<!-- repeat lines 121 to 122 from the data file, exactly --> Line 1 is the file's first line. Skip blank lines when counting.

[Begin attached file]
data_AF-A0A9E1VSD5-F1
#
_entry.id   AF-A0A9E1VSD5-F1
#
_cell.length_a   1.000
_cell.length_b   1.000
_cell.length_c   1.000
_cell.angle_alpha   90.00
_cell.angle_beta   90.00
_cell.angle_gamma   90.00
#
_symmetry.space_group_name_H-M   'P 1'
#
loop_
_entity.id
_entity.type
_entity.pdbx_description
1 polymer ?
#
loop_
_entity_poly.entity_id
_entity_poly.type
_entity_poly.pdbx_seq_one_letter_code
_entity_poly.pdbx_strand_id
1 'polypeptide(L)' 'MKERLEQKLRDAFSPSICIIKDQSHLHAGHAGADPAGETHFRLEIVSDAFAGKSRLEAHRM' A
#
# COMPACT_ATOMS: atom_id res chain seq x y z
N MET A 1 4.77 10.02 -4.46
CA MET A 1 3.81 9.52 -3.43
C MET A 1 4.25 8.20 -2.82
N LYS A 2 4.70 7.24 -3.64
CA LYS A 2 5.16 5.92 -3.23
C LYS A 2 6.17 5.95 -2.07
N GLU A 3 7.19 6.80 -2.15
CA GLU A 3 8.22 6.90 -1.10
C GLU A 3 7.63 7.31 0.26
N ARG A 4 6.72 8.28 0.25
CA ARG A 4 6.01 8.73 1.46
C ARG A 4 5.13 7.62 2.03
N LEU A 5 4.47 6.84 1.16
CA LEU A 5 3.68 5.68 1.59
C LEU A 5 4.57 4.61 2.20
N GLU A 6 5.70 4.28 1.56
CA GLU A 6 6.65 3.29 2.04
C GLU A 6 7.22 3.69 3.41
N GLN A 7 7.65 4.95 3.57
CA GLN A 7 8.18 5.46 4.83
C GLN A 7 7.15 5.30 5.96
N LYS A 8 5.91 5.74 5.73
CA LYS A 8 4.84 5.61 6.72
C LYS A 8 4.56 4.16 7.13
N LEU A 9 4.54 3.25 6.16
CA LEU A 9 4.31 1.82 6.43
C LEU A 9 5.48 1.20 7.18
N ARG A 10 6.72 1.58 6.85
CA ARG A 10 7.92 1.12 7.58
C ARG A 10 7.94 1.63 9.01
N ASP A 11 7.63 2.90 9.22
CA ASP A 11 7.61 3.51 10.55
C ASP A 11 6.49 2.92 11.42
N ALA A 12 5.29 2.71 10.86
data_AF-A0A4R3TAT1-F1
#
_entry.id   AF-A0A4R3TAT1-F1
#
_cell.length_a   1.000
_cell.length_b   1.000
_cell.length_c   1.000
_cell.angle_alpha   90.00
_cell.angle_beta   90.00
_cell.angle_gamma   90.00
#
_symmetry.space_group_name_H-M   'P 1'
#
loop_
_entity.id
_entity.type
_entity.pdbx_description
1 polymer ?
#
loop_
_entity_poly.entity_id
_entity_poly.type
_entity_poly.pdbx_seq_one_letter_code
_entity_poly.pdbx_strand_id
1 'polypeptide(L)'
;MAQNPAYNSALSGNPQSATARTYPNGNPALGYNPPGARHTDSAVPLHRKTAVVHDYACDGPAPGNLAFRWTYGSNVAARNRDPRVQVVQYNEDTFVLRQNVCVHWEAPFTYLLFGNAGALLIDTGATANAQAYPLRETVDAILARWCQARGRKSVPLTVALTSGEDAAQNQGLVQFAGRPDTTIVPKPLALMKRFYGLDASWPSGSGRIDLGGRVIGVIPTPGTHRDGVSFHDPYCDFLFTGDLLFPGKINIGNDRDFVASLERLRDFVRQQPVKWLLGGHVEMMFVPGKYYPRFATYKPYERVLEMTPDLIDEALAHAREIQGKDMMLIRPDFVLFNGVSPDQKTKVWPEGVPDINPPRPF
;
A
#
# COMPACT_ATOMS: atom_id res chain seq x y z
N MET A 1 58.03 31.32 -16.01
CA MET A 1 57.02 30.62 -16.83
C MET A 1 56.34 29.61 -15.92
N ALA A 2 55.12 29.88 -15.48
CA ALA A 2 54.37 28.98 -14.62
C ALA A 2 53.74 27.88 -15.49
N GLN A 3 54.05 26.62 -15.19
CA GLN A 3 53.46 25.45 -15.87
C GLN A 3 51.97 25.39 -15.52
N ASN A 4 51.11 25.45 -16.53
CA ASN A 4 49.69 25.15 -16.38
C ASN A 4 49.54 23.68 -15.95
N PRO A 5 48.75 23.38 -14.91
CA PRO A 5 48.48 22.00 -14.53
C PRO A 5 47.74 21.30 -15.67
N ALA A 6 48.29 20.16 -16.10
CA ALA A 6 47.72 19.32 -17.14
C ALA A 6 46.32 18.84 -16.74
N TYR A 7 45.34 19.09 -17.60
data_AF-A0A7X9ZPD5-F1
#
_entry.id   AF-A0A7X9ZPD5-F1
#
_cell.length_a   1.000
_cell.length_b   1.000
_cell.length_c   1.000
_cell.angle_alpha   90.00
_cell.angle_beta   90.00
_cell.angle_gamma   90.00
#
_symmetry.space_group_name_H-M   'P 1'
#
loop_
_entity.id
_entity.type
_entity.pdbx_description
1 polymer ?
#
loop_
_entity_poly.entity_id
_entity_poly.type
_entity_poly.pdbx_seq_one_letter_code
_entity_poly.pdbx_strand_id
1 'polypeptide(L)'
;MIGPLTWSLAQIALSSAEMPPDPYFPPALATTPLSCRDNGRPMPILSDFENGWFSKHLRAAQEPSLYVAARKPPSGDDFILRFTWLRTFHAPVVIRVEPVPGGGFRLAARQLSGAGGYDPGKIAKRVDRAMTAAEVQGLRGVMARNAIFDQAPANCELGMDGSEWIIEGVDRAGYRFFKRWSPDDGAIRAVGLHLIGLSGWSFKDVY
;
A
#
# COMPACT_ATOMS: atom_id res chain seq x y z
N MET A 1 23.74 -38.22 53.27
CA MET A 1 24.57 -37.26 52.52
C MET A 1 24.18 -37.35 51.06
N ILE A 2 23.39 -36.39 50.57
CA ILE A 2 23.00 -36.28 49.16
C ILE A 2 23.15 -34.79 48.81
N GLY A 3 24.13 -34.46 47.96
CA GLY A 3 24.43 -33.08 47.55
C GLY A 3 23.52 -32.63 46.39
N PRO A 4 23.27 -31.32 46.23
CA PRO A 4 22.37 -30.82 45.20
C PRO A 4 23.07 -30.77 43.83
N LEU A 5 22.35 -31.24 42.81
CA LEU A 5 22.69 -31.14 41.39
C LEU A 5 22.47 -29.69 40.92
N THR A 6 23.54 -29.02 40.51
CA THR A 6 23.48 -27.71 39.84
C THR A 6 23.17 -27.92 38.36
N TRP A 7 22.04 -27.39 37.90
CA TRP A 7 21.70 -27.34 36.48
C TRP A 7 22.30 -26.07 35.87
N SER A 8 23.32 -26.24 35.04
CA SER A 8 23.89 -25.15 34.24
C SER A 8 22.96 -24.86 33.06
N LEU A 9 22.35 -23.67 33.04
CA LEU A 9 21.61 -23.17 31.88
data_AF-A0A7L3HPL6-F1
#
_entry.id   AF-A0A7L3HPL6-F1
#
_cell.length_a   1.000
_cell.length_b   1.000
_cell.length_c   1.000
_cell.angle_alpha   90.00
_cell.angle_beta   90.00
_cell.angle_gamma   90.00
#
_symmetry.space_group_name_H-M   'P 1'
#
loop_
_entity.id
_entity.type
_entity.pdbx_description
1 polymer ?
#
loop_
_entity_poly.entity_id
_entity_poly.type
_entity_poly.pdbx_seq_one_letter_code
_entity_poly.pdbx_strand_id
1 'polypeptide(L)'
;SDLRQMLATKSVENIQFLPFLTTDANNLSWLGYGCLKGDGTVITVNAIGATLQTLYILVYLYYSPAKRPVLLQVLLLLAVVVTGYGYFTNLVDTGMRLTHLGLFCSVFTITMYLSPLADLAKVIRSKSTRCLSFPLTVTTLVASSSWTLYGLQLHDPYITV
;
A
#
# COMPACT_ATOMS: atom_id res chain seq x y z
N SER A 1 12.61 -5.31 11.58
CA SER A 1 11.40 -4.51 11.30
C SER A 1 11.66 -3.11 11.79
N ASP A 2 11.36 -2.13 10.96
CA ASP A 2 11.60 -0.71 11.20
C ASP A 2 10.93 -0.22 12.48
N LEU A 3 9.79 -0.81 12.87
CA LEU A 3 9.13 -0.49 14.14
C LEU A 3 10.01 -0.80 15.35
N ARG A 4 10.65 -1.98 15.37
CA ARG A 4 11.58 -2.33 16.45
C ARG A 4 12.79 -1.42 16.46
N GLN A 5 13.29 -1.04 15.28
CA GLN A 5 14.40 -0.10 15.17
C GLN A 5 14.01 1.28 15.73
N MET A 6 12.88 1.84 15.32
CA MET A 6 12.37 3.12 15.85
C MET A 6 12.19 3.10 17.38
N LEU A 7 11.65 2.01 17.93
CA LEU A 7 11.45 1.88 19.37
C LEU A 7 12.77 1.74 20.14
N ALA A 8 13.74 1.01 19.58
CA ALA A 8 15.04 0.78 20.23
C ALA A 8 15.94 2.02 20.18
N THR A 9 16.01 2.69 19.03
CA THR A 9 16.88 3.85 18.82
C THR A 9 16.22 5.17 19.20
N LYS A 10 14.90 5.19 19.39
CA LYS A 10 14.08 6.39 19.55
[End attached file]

#
_symmetry.space_group_name_H-M   'P 1'